(HealthNewsDigest.com) – With obesity-related diseases on the rise, many food and beverage manufacturers are looking at ways to reduce added sugar in products. From more traditional high-intensity options like sucralose and aspartame to natural offerings derived from the stevia plant, sugar alternatives can maintain sweetness levels in products as well as provide cost savings. In addition, nutritive sweeteners made from natural sources, like molasses, tapioca, and rice, can offer a taste similar to sugar while providing for natural label opportunities.
A NEW LINE of allergen-free, coated sugars is available under the Bits-O-Flavor brand from Inclusion Technologies. These new sugars are made with naturally derived ingredients and are available in several different sizes (fine and granular) and in a wide range of impactful flavors and colors. The flavors are apple, blueberry, cherry, cinnamon, cappuccino, caramel, chocolate, chocolate mint, lemon, lime, maple, mocha, orange, peppermint, raspberry, salted caramel, strawberry, and vanilla. These ingredients are highly flavored and colored and then “sealed” with a coating fat to protect the natural flavors and colors and allow for improved stability in finished applications. The Bits-O-Flavor ingredients are designed for post-bake topical applications and will not withstand baking or other processing temperatures above 140°F.
Inclusion Technologies, inclusiontech.com, Booth S2650
MATSUTANI CHEMICAL INDUSTRY Co., one of Japan’s leading producers of specialty food starches, maltodextrins, and rare sugars, will highlight its rare sugar, Astraea Allulose. Allulose is a monosaccharide and a rare sugar—one of approximately 50 that exist in nature. The monosaccharide has 0.2 K/Cal/g and gives true sugar flavor with no aftertaste, according to the company.
Astraea Allulose can be used in beverages, confections, dairy, bakery, and sweet goods; as a 100% table-top granular sugar replacement; and as a replacement for sugar in hard candy and chewing gum at 50%. Sample chocolate and other items prepared with the ingredient, and speak with the company’s R&D experts about the properties and benefits of Astraea Allulose at the food expo.
Matsutani Chemical Industry Co., astraea-allulose.com, Booth S4226
MANY CONSUMERS DEMAND a clean label and the removal of high fructose corn syrup (HFCS) from foods and beverages. Food companies must either reformulate their brands or develop new products without HFCS. On a solids basis, liquid sucrose and HFCS have the same number of calories as most carbohydrates: 4 cal/g. HFCS 55 was formulated specifically to be a direct substitute for liquid sucrose with the same solids and the same sweetness, so conversion is as simple as converting the contents of a storage tank, according to the company. On a dry basis level, liquid sugar will be sweeter than HFCS 42, so less liquid sugar can be used when the primary function of the HFCS is to add sweetness. Sugaright (a division of CSC Sugar) offers less processed liquid sugar options that it reports are more sustainable than traditional liquid sugar.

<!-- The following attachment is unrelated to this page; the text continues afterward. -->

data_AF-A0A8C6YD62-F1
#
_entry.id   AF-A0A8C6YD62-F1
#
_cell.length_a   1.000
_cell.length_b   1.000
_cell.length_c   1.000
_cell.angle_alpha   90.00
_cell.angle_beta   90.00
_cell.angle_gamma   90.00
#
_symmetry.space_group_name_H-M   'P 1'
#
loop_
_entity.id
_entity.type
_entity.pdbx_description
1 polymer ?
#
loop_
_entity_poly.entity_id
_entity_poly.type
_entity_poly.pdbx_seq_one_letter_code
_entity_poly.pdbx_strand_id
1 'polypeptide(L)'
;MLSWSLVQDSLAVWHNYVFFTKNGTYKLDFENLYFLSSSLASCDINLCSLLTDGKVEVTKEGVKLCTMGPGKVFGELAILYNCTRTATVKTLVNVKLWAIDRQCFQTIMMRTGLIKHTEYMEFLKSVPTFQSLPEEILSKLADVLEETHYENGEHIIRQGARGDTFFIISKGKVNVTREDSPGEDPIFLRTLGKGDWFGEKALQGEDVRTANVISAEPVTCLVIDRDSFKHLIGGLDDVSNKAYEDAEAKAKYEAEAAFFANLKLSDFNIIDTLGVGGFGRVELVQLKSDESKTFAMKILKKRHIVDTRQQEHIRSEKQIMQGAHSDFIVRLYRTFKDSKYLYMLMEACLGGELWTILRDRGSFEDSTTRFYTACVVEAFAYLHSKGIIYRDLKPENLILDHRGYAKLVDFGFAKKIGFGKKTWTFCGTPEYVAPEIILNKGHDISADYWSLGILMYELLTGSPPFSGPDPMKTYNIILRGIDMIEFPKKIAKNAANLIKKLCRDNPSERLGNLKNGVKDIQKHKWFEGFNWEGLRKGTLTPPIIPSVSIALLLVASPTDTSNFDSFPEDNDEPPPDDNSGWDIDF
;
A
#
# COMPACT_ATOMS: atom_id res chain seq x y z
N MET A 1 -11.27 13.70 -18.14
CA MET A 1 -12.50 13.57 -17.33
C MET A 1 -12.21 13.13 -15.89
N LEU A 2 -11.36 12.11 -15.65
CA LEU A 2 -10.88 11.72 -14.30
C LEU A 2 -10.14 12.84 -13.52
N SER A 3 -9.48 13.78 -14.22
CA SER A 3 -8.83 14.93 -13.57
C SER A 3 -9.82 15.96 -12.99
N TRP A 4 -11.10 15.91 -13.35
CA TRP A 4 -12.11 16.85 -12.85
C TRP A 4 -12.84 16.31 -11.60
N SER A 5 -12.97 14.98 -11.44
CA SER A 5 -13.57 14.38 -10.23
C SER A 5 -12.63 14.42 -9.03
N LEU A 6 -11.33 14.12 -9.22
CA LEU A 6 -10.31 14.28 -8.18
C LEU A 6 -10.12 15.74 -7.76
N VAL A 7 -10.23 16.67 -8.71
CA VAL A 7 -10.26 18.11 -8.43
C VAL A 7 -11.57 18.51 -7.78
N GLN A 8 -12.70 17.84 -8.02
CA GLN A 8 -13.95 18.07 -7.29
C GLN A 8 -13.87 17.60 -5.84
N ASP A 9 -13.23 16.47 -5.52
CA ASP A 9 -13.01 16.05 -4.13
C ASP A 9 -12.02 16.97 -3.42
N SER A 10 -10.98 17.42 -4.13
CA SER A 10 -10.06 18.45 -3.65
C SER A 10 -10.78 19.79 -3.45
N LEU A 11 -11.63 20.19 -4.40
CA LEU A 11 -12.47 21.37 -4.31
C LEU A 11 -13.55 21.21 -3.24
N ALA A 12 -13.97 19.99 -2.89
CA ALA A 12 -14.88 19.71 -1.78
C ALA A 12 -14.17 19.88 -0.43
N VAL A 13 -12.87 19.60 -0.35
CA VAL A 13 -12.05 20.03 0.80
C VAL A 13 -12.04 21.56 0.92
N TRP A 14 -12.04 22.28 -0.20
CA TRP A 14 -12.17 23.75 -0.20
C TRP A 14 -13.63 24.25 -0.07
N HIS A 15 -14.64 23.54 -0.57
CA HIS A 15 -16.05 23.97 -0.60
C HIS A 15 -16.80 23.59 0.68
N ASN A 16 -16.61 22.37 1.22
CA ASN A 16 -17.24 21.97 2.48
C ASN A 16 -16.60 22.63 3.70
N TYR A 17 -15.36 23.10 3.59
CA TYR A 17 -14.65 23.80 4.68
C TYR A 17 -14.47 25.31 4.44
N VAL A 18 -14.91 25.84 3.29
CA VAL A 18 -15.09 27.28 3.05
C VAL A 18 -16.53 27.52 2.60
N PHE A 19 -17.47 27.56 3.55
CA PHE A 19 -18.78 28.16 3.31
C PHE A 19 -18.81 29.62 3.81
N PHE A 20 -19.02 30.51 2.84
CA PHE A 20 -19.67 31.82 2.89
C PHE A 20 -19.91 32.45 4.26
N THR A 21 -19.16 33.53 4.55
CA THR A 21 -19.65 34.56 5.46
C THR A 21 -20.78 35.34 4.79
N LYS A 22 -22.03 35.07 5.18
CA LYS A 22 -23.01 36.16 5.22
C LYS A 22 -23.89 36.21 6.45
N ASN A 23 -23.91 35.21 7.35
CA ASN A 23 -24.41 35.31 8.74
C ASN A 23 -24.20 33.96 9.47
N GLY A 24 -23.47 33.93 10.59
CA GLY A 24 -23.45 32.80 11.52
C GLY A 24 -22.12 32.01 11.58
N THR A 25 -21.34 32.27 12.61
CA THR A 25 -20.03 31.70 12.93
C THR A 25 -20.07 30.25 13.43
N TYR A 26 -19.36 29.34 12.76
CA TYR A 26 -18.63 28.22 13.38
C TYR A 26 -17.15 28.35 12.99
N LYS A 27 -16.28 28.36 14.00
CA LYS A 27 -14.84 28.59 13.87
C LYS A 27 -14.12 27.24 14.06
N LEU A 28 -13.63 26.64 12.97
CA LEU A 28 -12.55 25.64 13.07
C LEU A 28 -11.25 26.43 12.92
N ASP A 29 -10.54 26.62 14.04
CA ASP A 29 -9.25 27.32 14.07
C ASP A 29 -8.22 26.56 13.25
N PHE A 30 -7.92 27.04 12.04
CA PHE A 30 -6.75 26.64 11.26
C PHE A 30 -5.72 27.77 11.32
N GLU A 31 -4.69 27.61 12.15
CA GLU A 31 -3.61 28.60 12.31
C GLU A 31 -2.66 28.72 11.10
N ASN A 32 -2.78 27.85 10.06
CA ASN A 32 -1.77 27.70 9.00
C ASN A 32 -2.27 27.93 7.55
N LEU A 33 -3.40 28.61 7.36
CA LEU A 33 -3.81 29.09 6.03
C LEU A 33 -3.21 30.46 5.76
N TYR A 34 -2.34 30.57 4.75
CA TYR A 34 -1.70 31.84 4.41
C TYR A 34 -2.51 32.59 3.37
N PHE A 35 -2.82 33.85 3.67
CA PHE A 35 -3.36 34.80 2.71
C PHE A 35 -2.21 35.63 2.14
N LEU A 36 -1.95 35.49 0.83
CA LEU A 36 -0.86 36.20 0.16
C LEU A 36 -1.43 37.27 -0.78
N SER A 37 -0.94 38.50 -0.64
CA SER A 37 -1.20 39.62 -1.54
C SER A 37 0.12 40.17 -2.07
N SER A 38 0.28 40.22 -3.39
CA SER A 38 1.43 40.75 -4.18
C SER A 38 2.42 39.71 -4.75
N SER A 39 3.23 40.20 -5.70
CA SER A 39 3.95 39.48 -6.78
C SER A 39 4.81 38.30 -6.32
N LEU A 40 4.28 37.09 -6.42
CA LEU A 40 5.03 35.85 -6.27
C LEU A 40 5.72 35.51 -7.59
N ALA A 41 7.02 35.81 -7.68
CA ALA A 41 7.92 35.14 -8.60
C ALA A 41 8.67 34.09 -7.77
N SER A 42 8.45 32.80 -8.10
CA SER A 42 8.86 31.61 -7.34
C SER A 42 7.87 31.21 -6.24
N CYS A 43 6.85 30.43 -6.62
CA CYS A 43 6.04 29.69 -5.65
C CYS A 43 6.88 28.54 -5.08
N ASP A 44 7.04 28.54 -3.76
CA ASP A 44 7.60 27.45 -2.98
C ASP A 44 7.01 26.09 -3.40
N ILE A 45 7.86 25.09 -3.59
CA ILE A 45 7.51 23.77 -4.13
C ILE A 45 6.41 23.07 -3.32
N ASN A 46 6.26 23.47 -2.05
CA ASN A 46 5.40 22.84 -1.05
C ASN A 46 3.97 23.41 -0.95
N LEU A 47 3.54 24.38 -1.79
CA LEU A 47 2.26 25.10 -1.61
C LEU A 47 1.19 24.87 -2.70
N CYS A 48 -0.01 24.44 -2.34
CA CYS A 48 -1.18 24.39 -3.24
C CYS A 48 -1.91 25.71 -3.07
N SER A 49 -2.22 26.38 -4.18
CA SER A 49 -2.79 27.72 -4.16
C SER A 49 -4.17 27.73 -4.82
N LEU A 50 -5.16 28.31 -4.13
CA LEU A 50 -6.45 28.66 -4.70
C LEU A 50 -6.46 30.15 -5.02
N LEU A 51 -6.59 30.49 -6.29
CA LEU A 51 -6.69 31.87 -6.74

Sugaright (a division of CSC Sugar), cscsugar.com, Booth S5145
TWO NEW PLANT-BASED sweeteners make their debut at this year’s expo. Layn Corp. will release its SteviUp and Lovia sweeteners, which combine next-generation glycosides with a proprietary formula.
Lovia pairs mogroside compounds with preferred glycosides to provide a high-quality, sugar-like sweetness that can be used for deep sugar reduction with zero calories, without significantly increasing in-cost use, according to the company. During the expo, the company will showcase its extensive portfolio of plant-based sweeteners and flavors. The company will offer samples of its new ingredients, and its experts will be on hand to help attendees with sugar reduction and product reformulation efforts.
Layn Corp., layncorp.com, Booth S1659
THE NEWEST SWEETENER from Icon Foods (formerly Steviva Brands Inc.) blends stevia, allulose, and monk fruit to allow food and beverage manufacturers to reduce calories and added sugars in their formulation but still give the sweetness perception consumers want. Available in granulated powder and liquid syrup, KetoseSweet+ can be used in baking applications, for canning jellies and jams, and in both hot and cold beverages.
In addition to learning more about KetoseSweet+, the first 500 visitors to the company’s booth will receive an autographed copy of Guy Gone Keto by Thom King, Icon Foods founder and CEO. The book tells his personal story of transitioning from a typical American diet to the ketogenic lifestyle. There will also be samples of Guy Gone Keto condiments, a new line of five low-carb, sugar- and filler-free ketogenic condiments made with KetoseSweet+ and rich in MCT oil.
Icon Foods, iconfoods.com, Booth S5314
THE DEVELOPMENT, PRODUCTION, and distribution of noncaloric sweeteners for the food and beverage industry is the mission of SweeGen. The company offers BESTEVIA Reb M stevia sweetener, which is produced using a non-GM technology. It has a sweetness factor that is 250 times sweeter than sugar and can be used to formulate beverages with 70% sugar reduction without compromising taste, according to the company.
SweetGen, sweegen.com, Booth S1245
A RANGE OF sweeteners, including molasses, light and dark brown syrup, tapioca syrup, invert sugars, rice syrups, and dry sweeteners is supplied by Domino Specialty Ingredients. It can also provide high-intensity sweeteners in the form of sugar and stevia blends, as well as stevia with different levels of rebaudioside A. In addition, Domino’s range of evaporated cane juices, which are available in organic varieties, are certified carbon free.
Domino Specialty Ingredients, dominospecialtyingredients.com, Booth S1014